Traditional art form goes global

  • Community
  • Saturday, 12 Oct 2013

KUCHING: Beads have long held the fascination of cultures around the world, and interest in the decorative ornaments have grown stronger in recent years.

The 3rd Borneo International Beads Conference here received overwhelming response this year with more foreign delegates coming from as far as Germany, the Netherlands, United Kingdom, Australia, Hong Kong, Taiwan and India, to attend the three-day conference, which was launched yesterday.

The event was organised to provide a networking platform for bead artisans, scholars, researchers and craftsmen from Borneo as well as overseas to share their knowledge and expertise with one another on the subject.

Aaman Rashid from Bangladesh was among them, showcasing his unique assortment of jewellery and accessories created from recycled materials, which he called eco-friendly and “upcycled”.

“What I do is I take natural materials, which can be found almost anywhere like leaves, tree branches, coconut shells, feathers and fishing nets, and turn them into jewellery pieces,” the founder of the popular brand Aadi told The Star.

“In a nutshell, anything that catches my eye can be turned into a fashionable item. I do, of course, incorporate beads from countries like Ghana, Ivory Coast and Chiang Mai (Thailand) into my designs.

“This ensures that every Aadi product is unique in its own way, and every ornament has a name,” said the craftsman, who has been into bead crafting since 2001.

According to him, Aadi is the only jewellery brand in Bangladesh that has been upcycling since the very beginning, which is the process of converting waste materials or no-longer-used products into new items of better quality or with higher environmental value.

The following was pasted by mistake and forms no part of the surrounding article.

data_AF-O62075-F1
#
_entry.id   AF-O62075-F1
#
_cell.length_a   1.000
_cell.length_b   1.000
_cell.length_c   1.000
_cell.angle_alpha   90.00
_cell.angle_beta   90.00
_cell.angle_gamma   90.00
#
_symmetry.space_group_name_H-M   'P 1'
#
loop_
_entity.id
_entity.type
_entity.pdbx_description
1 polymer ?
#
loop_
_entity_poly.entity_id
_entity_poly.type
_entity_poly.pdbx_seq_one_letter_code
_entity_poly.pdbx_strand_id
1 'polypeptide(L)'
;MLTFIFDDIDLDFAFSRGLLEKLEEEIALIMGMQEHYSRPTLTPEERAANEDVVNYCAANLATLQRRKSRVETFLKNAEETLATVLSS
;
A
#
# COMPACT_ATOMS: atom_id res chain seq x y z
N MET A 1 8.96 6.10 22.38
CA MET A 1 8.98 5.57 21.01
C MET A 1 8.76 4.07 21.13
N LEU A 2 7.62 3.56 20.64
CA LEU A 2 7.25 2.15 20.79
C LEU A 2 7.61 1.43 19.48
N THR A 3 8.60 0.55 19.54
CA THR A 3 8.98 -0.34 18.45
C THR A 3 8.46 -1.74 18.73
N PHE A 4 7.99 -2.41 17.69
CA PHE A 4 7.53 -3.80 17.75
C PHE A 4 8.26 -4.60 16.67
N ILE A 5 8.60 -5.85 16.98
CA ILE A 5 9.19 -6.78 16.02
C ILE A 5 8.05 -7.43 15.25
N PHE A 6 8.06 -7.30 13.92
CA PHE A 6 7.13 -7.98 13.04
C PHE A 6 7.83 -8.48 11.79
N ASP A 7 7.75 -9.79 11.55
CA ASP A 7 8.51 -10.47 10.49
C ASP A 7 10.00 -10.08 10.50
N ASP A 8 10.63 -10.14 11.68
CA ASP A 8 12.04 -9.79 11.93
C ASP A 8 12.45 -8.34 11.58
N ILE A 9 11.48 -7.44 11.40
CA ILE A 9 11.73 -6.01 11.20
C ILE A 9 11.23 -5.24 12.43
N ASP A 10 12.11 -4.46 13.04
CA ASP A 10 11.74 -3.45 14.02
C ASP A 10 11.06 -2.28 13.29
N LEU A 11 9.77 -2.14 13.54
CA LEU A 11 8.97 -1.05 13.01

“I feel that a conference like this is a great way to get different bead enthusiasts from different parts of the world together and share ideas with each other. It’s been a very enjoyable experience so far, and there has been a lot of interest from visitors regarding my products,” he smiled.

Many other bead makers from different parts of Borneo were also at the conference to display their creations, ranging from the minuscule yet intricately designed multi-coloured bangles to larger bead necklaces reaching down to one’s waist.

The delegation from Sabah caught the attention of many visitors with their designs that incorporated the traditional symbols of the state’s different ethnic groups.

A live showcase by 22-year-old Anna Sual from Kampung Tinangol, Kudat, was also a crowd puller, as the young lass demonstrated just how hard it was to weave a beaded bandolier called Pinakol Pakazan.

The conference, organised by Crafthub Sdn Bhd, ends tomorrow. Tonight it will feature a beads fashion show during a gala dinner.

Presentation of awards and prizes to winners of the Borneo International Beads Awards are also scheduled to take place this evening, with cash prizes of more than RM17,000 up for grabs.

Several workshops held throughout the three days include know-and-show-how on the making of paper and fibre beads, hand-painted eco beads and traditional beads in modern jewellery.

Registration fees for each workshop is RM50 per person, and those keen to attend can register on the spot or by calling 012-854 7277.

The conference is supported by the Tourism Ministry and National Heritage Department, with endorsements from Sarawak Tourism Board, Sarawak Convention Bureau, Sarawak Museum, Sarawak Craft Council, Sarawak Cultural Village, World Crafts Council and World Crafts Council Asia Pacific Region.

Details and entry forms can be obtained at CraftHub’s website

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